Published on October 11th, 2017 | by Saurabh Mahapatra0
India’s Wind Energy Tariff Falls To Record Low In Latest Tender
October 11th, 2017 by Saurabh Mahapatra
Intense competition and few alternatives seem to have pushed the wind energy tariff bids in India to record lows.
The second national level wind energy auction witnessed massive competition among project developers. The 1 gigawatt tender garnered 12 bids with cumulative capacity of 2.9 gigawatts.
The 1000 megawatts of capacity was awarded to five developers in a tariff range of ₹2.64-2.65/kWh. One of India’s leading renewable energy IPPs — ReNew Power Ventures — secured 250 megawatts. A subsidiary of Orange Renewables won 200 megawatts, Inox Wind and Green Infra secured 250 megawatts each, and Adani Green Energy won 50 megawatts.
The tariff bids are a sharp correction from those seen in India’s first-ever wind energy auction. The lowest bid in the February 2017 auction was ₹3.46/kWh. The new bids are also lower than those seen in the recent state-level tender issued and awarded by Tamil Nadu. The state allocated 250 megawatts of capacity each to two developers at a tariff of ₹3.42-3.43/kWh.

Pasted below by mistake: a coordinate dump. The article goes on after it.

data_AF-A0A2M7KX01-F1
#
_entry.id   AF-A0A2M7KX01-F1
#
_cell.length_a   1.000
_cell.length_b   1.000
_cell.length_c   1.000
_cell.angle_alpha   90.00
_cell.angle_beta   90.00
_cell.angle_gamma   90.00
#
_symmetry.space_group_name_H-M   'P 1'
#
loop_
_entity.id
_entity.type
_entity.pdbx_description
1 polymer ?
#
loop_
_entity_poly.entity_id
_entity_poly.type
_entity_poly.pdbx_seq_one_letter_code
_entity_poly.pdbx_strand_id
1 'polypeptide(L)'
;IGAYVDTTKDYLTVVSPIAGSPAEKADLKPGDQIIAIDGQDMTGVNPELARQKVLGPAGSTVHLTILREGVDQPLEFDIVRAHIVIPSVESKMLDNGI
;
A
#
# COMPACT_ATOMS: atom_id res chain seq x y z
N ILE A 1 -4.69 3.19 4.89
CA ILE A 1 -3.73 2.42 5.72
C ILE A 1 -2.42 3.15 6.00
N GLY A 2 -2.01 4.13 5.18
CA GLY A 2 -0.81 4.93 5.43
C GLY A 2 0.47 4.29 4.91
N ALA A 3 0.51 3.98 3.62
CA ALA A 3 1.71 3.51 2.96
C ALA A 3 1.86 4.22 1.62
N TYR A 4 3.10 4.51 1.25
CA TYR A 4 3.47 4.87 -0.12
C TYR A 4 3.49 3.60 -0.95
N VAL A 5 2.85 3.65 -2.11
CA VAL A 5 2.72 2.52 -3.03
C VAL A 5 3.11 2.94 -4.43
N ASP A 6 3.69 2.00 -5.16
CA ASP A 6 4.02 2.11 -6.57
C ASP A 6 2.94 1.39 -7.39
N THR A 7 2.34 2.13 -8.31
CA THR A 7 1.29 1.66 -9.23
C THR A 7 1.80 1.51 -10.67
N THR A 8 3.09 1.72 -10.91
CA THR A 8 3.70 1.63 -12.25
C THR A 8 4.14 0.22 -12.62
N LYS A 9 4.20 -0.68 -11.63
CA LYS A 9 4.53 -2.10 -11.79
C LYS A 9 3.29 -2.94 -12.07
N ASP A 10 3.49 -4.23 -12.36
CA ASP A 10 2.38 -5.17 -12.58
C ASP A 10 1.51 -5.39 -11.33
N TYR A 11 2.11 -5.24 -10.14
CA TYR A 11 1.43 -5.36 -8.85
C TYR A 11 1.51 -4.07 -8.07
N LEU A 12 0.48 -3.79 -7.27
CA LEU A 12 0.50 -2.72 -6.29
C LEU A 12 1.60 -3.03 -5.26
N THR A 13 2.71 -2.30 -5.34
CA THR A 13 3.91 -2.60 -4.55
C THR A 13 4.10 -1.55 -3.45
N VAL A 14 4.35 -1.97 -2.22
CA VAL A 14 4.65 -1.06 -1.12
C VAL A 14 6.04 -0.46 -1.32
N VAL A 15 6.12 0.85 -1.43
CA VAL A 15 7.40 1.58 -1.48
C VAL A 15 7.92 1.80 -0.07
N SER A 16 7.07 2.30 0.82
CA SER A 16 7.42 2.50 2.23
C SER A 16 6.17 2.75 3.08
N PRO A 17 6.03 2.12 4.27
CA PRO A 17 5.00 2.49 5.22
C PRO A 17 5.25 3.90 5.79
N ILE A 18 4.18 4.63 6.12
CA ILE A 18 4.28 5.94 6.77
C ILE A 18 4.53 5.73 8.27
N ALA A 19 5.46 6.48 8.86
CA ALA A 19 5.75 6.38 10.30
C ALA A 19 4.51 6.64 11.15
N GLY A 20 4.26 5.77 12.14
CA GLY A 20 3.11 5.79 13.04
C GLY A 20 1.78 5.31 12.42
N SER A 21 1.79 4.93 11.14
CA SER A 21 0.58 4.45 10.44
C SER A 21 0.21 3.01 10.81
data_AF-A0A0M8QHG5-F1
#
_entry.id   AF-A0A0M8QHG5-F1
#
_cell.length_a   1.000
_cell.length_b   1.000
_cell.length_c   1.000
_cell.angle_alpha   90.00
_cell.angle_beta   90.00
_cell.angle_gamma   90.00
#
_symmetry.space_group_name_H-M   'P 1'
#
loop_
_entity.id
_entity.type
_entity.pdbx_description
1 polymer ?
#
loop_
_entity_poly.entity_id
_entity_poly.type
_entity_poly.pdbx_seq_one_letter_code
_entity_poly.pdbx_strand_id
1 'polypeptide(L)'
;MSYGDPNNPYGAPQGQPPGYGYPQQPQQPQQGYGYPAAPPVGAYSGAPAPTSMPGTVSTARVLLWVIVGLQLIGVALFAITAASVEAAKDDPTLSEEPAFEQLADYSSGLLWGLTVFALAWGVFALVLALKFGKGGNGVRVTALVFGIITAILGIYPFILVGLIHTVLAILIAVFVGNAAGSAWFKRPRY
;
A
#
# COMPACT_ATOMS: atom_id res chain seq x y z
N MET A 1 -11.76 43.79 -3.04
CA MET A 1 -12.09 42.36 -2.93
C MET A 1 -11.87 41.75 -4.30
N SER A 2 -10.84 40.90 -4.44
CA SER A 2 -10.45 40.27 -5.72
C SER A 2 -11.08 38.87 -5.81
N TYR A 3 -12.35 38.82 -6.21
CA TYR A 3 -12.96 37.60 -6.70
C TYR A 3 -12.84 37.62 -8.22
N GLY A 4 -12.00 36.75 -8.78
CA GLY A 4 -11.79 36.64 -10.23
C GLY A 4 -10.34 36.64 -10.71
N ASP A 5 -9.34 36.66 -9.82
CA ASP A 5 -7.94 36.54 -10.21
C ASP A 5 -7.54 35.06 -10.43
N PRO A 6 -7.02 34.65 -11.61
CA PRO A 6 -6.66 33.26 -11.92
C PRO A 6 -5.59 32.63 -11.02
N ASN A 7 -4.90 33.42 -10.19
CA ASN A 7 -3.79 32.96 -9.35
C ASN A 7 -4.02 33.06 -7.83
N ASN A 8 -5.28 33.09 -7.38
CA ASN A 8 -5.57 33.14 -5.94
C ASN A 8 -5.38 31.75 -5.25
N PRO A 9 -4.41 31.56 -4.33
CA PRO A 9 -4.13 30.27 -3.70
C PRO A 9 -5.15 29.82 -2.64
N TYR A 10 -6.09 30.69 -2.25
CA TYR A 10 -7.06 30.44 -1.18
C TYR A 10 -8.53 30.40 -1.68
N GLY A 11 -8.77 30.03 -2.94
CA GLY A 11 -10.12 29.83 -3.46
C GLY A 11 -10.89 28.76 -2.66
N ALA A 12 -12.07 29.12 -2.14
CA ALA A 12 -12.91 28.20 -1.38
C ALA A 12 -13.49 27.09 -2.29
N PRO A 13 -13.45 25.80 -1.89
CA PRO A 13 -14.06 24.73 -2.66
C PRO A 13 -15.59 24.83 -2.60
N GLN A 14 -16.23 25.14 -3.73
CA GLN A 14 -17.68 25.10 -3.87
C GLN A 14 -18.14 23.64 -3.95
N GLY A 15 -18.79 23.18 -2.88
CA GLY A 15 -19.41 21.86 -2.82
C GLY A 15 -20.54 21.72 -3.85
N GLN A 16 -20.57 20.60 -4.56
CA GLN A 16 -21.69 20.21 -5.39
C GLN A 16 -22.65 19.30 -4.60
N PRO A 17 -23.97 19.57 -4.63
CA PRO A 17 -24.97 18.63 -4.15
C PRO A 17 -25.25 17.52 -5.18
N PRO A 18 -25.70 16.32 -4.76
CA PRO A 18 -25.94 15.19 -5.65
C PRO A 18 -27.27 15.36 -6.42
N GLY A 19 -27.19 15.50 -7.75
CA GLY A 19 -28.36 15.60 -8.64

As many media outlets noted, the tariffs are way below the ₹3.20/kWh cost of generation of thermal power by NTPC Limited. So what is the reason for such low tariffs?
Since the announcement from the government that wind energy projects will be allocated through auctions by the Solar Energy Corporation of India, many states have shifted away from feed-in tariff regime toward competitive auctions. Several states refused to honor power purchase agreements with commissioned projects, while others launched tenders to acquire wind energy.
The wind energy tariffs are now at levels similar to solar power tariffs. The lowest solar power tariff in India is ₹2.44/kWh. Apart from the sharp fall in module prices, local and tender-specific conditions have contributed towards this rapid decline in tariff bids.
As with several national-level solar tenders, the wind energy tenders too have an off-taker reducing financial risk to the developers. In the case of wind energy tenders issued by Solar Energy Corporation of India, the off-taker is PTC India Limited, a government-backed company.